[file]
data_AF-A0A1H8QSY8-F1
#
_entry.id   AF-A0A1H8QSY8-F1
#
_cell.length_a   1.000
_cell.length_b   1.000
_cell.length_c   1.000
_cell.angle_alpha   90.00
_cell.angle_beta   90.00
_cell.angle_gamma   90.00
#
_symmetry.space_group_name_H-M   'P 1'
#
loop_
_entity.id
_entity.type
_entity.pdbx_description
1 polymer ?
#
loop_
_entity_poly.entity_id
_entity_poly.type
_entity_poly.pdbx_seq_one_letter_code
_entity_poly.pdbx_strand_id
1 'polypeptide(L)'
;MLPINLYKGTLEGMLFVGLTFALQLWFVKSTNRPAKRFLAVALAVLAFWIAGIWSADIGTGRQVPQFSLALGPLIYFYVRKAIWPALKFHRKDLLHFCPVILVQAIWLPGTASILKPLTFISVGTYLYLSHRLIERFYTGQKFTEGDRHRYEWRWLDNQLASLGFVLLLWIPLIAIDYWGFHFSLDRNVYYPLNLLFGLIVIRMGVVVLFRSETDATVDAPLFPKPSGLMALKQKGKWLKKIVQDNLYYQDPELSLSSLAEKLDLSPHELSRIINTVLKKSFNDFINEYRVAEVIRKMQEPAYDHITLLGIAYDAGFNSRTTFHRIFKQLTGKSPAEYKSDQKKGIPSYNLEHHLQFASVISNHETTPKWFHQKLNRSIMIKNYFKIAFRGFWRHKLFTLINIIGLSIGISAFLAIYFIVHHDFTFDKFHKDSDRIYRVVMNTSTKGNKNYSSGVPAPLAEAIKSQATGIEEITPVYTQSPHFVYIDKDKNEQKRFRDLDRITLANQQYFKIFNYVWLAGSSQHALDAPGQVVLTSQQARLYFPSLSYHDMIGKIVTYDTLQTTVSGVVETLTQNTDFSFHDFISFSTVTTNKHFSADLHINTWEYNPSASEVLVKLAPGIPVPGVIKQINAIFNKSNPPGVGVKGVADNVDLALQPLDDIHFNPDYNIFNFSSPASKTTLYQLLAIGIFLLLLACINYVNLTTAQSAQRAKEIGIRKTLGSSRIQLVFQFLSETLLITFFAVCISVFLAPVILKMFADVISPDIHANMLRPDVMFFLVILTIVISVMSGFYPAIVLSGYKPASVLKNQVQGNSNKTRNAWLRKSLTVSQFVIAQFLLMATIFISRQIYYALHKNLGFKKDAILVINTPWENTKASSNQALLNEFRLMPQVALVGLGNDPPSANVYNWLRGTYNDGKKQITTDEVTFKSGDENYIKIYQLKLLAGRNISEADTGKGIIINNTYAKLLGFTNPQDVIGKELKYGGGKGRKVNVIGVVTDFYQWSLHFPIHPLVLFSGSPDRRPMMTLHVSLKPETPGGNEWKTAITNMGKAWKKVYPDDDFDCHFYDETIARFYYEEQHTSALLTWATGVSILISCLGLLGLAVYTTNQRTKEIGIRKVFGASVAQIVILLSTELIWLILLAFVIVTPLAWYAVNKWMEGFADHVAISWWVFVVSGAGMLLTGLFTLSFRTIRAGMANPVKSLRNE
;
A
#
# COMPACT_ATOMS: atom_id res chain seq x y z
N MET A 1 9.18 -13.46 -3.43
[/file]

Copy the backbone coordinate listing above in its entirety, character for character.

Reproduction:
data_AF-A0A1H8QSY8-F1
#
_entry.id   AF-A0A1H8QSY8-F1
#
_cell.length_a   1.000
_cell.length_b   1.000
_cell.length_c   1.000
_cell.angle_alpha   90.00
_cell.angle_beta   90.00
_cell.angle_gamma   90.00
#
_symmetry.space_group_name_H-M   'P 1'
#
loop_
_entity.id
_entity.type
_entity.pdbx_description
1 polymer ?
#
loop_
_entity_poly.entity_id
_entity_poly.type
_entity_poly.pdbx_seq_one_letter_code
_entity_poly.pdbx_strand_id
1 'polypeptide(L)'
;MLPINLYKGTLEGMLFVGLTFALQLWFVKSTNRPAKRFLAVALAVLAFWIAGIWSADIGTGRQVPQFSLALGPLIYFYVRKAIWPALKFHRKDLLHFCPVILVQAIWLPGTASILKPLTFISVGTYLYLSHRLIERFYTGQKFTEGDRHRYEWRWLDNQLASLGFVLLLWIPLIAIDYWGFHFSLDRNVYYPLNLLFGLIVIRMGVVVLFRSETDATVDAPLFPKPSGLMALKQKGKWLKKIVQDNLYYQDPELSLSSLAEKLDLSPHELSRIINTVLKKSFNDFINEYRVAEVIRKMQEPAYDHITLLGIAYDAGFNSRTTFHRIFKQLTGKSPAEYKSDQKKGIPSYNLEHHLQFASVISNHETTPKWFHQKLNRSIMIKNYFKIAFRGFWRHKLFTLINIIGLSIGISAFLAIYFIVHHDFTFDKFHKDSDRIYRVVMNTSTKGNKNYSSGVPAPLAEAIKSQATGIEEITPVYTQSPHFVYIDKDKNEQKRFRDLDRITLANQQYFKIFNYVWLAGSSQHALDAPGQVVLTSQQARLYFPSLSYHDMIGKIVTYDTLQTTVSGVVETLTQNTDFSFHDFISFSTVTTNKHFSADLHINTWEYNPSASEVLVKLAPGIPVPGVIKQINAIFNKSNPPGVGVKGVADNVDLALQPLDDIHFNPDYNIFNFSSPASKTTLYQLLAIGIFLLLLACINYVNLTTAQSAQRAKEIGIRKTLGSSRIQLVFQFLSETLLITFFAVCISVFLAPVILKMFADVISPDIHANMLRPDVMFFLVILTIVISVMSGFYPAIVLSGYKPASVLKNQVQGNSNKTRNAWLRKSLTVSQFVIAQFLLMATIFISRQIYYALHKNLGFKKDAILVINTPWENTKASSNQALLNEFRLMPQVALVGLGNDPPSANVYNWLRGTYNDGKKQITTDEVTFKSGDENYIKIYQLKLLAGRNISEADTGKGIIINNTYAKLLGFTNPQDVIGKELKYGGGKGRKVNVIGVVTDFYQWSLHFPIHPLVLFSGSPDRRPMMTLHVSLKPETPGGNEWKTAITNMGKAWKKVYPDDDFDCHFYDETIARFYYEEQHTSALLTWATGVSILISCLGLLGLAVYTTNQRTKEIGIRKVFGASVAQIVILLSTELIWLILLAFVIVTPLAWYAVNKWMEGFADHVAISWWVFVVSGAGMLLTGLFTLSFRTIRAGMANPVKSLRNE
;
A
#
# COMPACT_ATOMS: atom_id res chain seq x y z
N MET A 1 9.18 -13.46 -3.43